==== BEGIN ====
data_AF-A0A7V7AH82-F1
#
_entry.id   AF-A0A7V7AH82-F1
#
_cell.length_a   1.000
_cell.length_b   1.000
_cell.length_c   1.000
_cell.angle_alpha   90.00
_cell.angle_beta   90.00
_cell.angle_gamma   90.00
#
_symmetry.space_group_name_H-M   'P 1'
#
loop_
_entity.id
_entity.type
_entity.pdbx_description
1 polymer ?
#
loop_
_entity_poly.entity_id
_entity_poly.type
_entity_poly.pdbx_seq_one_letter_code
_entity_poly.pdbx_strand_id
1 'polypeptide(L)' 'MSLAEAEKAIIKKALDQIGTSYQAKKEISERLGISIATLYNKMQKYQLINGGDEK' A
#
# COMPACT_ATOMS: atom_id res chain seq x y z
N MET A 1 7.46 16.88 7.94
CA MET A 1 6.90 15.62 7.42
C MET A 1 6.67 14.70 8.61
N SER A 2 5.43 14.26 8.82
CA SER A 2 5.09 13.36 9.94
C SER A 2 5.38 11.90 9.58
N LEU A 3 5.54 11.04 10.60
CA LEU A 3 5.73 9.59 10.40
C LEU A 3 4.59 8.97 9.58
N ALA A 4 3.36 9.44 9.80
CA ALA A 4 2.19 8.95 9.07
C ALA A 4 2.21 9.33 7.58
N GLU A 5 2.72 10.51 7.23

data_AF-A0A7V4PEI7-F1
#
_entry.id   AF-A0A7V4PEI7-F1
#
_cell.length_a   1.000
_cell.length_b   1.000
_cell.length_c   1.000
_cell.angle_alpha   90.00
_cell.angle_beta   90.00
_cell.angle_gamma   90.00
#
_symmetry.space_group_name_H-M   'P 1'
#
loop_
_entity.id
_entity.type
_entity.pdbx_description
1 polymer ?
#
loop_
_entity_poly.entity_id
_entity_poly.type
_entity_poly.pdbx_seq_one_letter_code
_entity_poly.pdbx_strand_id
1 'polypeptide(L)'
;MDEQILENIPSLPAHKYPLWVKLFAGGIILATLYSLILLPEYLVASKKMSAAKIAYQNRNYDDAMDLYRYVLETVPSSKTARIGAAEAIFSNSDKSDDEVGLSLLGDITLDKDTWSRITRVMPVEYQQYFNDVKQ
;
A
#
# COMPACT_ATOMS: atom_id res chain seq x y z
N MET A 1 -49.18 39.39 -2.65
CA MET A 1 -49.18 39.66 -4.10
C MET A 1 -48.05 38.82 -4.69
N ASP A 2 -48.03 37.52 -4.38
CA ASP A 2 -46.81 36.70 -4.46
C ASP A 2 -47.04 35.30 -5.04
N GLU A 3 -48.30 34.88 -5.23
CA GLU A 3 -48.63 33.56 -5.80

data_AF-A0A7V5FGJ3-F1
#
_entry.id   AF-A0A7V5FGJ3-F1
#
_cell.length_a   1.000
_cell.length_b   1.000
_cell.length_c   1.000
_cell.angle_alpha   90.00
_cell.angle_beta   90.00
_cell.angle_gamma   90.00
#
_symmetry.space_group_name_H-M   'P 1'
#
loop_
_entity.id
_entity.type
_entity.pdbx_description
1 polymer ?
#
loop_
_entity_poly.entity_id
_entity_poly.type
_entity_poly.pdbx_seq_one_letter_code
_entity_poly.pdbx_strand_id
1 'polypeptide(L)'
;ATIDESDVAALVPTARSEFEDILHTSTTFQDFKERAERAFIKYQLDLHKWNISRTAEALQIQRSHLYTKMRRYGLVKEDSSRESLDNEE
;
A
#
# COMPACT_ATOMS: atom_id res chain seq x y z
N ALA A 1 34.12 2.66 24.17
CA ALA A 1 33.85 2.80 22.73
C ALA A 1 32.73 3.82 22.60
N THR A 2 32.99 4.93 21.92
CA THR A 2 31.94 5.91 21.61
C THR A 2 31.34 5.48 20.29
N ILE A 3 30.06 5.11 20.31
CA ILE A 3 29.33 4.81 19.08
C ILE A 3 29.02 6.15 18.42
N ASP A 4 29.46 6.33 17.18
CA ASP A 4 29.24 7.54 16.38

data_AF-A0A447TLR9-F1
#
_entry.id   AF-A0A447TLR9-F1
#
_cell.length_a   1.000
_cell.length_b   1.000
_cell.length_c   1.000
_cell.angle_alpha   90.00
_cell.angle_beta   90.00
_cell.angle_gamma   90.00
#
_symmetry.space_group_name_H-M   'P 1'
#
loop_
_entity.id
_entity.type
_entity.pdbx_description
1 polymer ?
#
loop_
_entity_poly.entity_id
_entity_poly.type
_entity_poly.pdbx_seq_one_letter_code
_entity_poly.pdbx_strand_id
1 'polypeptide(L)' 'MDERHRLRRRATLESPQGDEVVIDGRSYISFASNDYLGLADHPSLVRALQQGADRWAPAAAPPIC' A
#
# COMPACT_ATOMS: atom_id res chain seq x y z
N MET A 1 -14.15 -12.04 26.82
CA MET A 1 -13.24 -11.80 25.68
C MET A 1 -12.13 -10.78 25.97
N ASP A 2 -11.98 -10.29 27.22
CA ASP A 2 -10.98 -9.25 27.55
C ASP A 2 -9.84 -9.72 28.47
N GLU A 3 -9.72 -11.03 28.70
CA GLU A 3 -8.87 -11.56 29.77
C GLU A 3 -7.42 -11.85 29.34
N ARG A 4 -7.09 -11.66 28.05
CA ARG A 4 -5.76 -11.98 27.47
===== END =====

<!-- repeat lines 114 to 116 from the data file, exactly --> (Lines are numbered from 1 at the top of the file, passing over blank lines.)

C THR A 2 31.34 5.48 20.29
N ILE A 3 30.06 5.11 20.31
CA ILE A 3 29.33 4.81 19.08